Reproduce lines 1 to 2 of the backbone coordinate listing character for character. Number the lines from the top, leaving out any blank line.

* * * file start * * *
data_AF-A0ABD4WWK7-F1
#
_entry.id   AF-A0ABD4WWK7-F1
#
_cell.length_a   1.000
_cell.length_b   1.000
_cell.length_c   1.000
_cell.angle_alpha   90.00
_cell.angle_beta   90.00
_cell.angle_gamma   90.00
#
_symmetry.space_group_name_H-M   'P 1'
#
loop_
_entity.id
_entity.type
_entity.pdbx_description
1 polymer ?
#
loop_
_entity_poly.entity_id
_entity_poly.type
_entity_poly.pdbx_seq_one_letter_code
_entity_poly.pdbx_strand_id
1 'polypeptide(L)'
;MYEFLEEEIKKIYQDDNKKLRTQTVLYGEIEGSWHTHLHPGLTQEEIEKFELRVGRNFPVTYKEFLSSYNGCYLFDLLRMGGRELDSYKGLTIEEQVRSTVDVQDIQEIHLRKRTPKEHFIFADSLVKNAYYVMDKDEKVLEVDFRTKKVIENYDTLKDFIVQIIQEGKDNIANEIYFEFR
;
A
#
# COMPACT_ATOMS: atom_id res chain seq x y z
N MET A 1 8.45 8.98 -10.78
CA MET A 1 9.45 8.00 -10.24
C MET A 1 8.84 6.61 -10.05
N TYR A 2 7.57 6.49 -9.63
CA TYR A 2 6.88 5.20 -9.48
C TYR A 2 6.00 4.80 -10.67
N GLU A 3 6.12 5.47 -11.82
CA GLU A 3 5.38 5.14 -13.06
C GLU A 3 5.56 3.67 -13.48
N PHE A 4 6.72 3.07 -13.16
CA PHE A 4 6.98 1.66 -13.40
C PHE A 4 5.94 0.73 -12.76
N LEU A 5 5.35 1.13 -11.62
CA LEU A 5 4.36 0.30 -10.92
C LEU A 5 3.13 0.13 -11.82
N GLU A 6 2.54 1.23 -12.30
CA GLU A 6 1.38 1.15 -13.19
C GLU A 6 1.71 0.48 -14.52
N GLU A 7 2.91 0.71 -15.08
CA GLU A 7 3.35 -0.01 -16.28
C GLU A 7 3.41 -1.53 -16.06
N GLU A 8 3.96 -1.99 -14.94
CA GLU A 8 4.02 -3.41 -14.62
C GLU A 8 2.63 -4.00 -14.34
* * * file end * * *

data_AF-A0ABD4WWK7-F1
#